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IBM To Make Its Cloud Services and Software Based on Open Standards

Las Vegas, 4 March 2013: IBM (NYSE: IBM) today announced that its cloud services and software will be based on an open cloud architecture. This move will ensure innovation in cloud computing is not hampered by locking businesses into proprietary islands of unsecured and difficult-to-manage offerings. Without industry-wide open standards for cloud computing, businesses will not be able to fully take advantage of the opportunities associated with interconnected data, such as mobile computing and big data.

As the first step, the company today unveiled a new cloud offering based on open cloud standards, including OpenStack, that significantly speeds and simplifies managing an enterprise-grade cloud. For the first time, businesses have a core set of open source-based technologies to build enterprise-class cloud services that can be ported across hybrid cloud environments.

“History has shown that standards and open source are hugely beneficial to end customers and are a major catalyst for innovation,” said Robert LeBlanc, IBM senior vice president of software. “Just as standards and open source revolutionized the Web and Linux, they will also have a tremendous impact on cloud computing. IBM has been at the forefront of championing standards and open source for years, and we are doing it again for cloud computing. The winner here will be customers, who will not find themselves locked into any one vendor — but be free to choose the best platform based on the best set of capabilities that meet their needs.”

Based on customer-driven requirements, the new software, called IBM SmartCloud Orchestrator, gives clients greater flexibility by removing the need to develop specific interfaces for different cloud services. With the new software, companies can quickly combine and deploy various cloud services onto the cloud infrastructure by lining up the compute, storage and network resources with an easy-to-use graphical interface. The new IBM SmartCloud Orchestrator allows users to perform the following:

· Build new cloud services in minutes by combining the power of pattern-based cloud delivery, with a graphical orchestrator for simple composition of cloud automation;

· Reduce operational costs by automating application deployment and lifecycle management in the cloud: compute, storage and network configuration, human task automation, integration with third party tools, all delivered by an integrated cloud management platform and;

· Simplify the end user consumption of cloud services, via an intuitive self-service portal, including the ability to measure the cost of cloud services with metering and charge-back capabilities.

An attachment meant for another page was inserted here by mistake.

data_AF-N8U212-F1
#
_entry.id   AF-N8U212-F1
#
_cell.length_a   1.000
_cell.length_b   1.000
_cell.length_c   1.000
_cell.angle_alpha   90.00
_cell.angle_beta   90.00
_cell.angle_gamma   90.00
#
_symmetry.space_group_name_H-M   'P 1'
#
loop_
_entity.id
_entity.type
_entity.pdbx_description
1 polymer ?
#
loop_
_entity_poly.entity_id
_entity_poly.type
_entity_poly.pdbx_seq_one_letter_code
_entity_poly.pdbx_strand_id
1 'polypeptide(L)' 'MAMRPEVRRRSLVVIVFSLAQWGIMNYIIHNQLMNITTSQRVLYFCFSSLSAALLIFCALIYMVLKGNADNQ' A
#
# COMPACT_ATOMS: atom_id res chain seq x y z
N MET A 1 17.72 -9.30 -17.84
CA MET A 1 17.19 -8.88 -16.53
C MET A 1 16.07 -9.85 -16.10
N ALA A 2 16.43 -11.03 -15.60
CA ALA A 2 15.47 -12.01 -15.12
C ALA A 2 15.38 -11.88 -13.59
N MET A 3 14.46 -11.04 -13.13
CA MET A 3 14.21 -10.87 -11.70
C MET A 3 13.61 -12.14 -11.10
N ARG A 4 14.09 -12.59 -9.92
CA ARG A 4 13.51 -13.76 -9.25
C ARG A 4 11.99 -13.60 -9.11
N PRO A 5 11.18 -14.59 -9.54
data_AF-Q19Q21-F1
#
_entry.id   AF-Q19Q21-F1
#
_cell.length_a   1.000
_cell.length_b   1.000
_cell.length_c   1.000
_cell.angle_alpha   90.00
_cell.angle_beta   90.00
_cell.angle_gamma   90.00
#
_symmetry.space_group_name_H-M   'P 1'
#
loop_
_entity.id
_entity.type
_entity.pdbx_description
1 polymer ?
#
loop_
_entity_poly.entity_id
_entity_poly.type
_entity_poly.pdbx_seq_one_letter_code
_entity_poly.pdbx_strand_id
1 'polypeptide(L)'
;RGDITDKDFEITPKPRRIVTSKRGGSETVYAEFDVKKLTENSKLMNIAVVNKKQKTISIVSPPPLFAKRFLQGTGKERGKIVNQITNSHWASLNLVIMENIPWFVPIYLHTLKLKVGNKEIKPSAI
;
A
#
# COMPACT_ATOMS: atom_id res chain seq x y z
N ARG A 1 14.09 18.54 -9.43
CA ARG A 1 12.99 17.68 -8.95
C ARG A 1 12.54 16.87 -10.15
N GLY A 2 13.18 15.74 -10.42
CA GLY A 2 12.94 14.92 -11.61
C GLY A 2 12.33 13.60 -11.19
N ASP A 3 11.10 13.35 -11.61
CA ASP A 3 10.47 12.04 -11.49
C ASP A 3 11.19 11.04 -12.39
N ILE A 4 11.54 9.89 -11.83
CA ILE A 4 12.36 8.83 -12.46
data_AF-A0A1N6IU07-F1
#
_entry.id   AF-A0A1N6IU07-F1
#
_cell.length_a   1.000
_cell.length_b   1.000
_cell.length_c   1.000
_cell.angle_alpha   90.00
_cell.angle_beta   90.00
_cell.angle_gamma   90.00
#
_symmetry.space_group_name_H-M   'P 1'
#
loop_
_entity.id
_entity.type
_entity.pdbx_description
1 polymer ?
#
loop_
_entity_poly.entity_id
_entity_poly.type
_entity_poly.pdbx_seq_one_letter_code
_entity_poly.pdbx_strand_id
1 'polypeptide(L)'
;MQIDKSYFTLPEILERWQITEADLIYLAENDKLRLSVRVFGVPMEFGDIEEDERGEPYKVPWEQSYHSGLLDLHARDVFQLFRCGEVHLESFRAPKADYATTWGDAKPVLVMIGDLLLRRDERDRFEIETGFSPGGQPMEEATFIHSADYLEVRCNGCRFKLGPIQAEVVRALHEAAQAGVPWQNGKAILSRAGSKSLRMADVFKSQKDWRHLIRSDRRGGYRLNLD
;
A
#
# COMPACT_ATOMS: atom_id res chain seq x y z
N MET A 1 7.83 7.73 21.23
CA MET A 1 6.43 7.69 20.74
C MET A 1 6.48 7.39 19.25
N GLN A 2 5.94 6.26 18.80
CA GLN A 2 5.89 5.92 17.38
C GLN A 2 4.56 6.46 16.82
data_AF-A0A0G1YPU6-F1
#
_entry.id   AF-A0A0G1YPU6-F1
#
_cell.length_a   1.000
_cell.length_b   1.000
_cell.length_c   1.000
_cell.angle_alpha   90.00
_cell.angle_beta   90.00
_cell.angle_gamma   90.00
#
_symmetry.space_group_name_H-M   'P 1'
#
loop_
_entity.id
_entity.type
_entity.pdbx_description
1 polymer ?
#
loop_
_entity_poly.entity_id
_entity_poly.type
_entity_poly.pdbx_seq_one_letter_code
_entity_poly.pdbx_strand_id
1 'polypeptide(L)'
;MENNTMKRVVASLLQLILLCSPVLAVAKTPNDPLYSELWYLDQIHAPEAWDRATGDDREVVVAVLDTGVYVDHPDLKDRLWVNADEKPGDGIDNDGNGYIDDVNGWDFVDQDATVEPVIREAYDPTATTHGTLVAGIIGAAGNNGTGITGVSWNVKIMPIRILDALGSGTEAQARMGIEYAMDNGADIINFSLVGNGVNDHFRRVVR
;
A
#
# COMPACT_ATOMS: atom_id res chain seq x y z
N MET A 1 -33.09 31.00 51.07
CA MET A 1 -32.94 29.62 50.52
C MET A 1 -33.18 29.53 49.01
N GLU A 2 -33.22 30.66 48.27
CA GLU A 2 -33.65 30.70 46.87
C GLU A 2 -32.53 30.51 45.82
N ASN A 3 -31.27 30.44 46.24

The development of open industry standards has proven a critical turning point in the success of many technologies, such as the Internet and operating systems. For cloud computing to grow and mature similar to its predecessors, vendors must stop creating new cloud services that are incompatible. A recent report <http://www.booz.com/media/uploads/BoozCo_Standardizing-the-Cloud.pdf&gt; by Booz
& Company warned that without a more concerted effort to agree on such standards, and leadership on the part of major companies, the promise of cloud computing may never be reached.

To learn more about the importance of open source in cloud computing and how its adoption is similar to the innovation driven by the Web, visit this video link at:

http://bit.ly/Xnmx8q

IBM is applying its experience in supporting and validating open standards from Linux, Eclipse and Apache to cloud computing. Working with the IT community, IBM is helping to drive the open cloud world by:

· Creating a 400-member strong Cloud Standards Customer Council that grew from about 50 members at launch;

· Sponsoring OpenStack Foundation as a platinum and founding member, and as one of the top code and design contributors to all OpenStack projects;

· Driving related cloud standards, such as Open Service for Lifecycle Collaboration, Linked Data in the W3C and TOSCA in OASIS, to enhance cloud application portability;

· Dedicating more than 500 developers on open cloud projects and;

· Working closely with the OpenStack Foundation, along with its 8,200 members from 109 countries and 1,000 organizations.

IBM is one of the world’s largest private cloud vendors with more than 5,000 private cloud customers in 2012, which increased 100 percent year-over-year. IBM’s cloud portfolio, called SmartCloud, is based on a common code of interoperability, allowing clients to move between IBM’s private, hybrid and public cloud services.

IBM SmartCloud Orchestrator is now available through a beta program and is expected to be generally available later this year.

For more information about cloud offerings from IBM, visit

http://www.ibm.com/smartcloud.


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